What makes this night different from all [other] nights?
1) On all nights we need not dip even once, on this night we do so twice?
2) On all nights we eat chametz or matzah, and on this night only matzah?
3) On all nights we eat any kind of vegetables, and on this night maror?
4) On all nights we eat sitting upright or reclining, and on this night we all...
Manifesto: The Mad Farmer Liberation Front
By Wendell Berry
Love the quick profit, the annual raise,
vacation with pay. Want more
of everything ready-made. Be afraid
to know your neighbors and to die.
And you will have a window in your head.
Not even your future will be a mystery
any more. Your mind will be punched in a card
and shut away in a little drawer.
After performing most of the central mitzvot of the evening (telling the story of the Exodus eating matza and maror, etc.) and just before we are about to enjoy the festive holiday meal, the haggadah structures a moment in which we symbolically repeat the practice of Hillel the Elder who would “wrap” his portion of the paschal offering with matza and maror and eat it as a type of sandwich, in literal fulfillment of...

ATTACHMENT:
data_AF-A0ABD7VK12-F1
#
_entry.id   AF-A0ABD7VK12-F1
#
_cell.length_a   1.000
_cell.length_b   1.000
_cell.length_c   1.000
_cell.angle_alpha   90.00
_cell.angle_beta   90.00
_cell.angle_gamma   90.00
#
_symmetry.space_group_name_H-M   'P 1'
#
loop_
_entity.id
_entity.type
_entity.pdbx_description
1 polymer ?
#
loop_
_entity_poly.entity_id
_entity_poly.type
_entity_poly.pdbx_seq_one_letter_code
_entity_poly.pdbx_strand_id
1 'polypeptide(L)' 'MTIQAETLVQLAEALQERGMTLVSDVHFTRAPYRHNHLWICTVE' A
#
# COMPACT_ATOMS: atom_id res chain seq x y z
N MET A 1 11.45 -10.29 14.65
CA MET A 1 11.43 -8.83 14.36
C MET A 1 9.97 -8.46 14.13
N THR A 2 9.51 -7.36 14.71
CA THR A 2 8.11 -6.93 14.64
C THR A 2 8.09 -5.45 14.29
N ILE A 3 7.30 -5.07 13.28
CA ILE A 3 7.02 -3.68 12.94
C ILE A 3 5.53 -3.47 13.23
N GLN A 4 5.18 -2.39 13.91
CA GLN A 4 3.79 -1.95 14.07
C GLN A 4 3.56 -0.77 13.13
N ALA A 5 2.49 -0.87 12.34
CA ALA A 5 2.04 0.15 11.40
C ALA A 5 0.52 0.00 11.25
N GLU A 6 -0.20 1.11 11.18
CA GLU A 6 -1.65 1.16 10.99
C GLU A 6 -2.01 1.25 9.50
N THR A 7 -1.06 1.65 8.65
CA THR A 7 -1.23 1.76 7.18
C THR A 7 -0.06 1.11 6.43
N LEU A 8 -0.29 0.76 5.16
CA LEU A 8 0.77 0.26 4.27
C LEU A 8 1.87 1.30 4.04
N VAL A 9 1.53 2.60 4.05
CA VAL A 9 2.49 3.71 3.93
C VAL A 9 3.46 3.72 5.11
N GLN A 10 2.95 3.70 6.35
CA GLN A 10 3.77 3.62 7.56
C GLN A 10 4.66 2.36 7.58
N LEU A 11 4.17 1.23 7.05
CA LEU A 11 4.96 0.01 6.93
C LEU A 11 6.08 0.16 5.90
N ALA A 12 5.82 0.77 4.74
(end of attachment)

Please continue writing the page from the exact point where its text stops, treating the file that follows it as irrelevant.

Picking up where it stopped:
A Cup to our Teachers: To those we have known and those whose work has inspired us, and made space for our lives. We are grateful to you who did and said things for the first time, who claimed and reclaimed our traditions, who forged new tools. Thank you to the teachers around us of all ages-- the people we encounter everyday--who live out their values in small and simple ways, and who are our most regular and loving...
When we break the Matzah in half, we are symbolizing the split of the red sea. When we break the Matzah, we symbolize the hope that we can eat. When the red sea split, it symbolized the permission; yes you may pass, after hearing the word NO NO NO. During the Seder we get bored and we ask “When can we eat” and until this breaking of the Matzah, we get told NO NO NO. It is hope that there is food,...
Not Just Handwashing
Ask for two volunteers: one to carry a pitcher of water and to pour water over each guest’s hands, and one to carry a basin and a towel.
Use ice water to remember people who do not have warm water.
Have everyone take off their bracelets and rings, even wedding bands for the handwashing (or for the whole seder, to be returned when the afikomen is found) to...
More Clips from Alon Ferency
What can they do
to you? Whatever they want.
They can set you up, they can
bust you, they can break
your fingers, they can
burn your brain with electricity,
blur you with drugs till you
can t walk, can’t remember, they can
take your child, wall up
your lover. They can do anything
you can’t blame them
from doing. How can you...
Leader: At the beginning of the Passover Seder, we are commanded to consider ourselves as though we, too, had gone out from Egypt. At the end of the Seder (and once in the middle) – we say the words, “Next year in Jerusalem” to recognize that, just as redemption came for our ancestors, so, too, will redemption come for us in this generation. For those of us fortunate enough to have a roof over our heads, we may...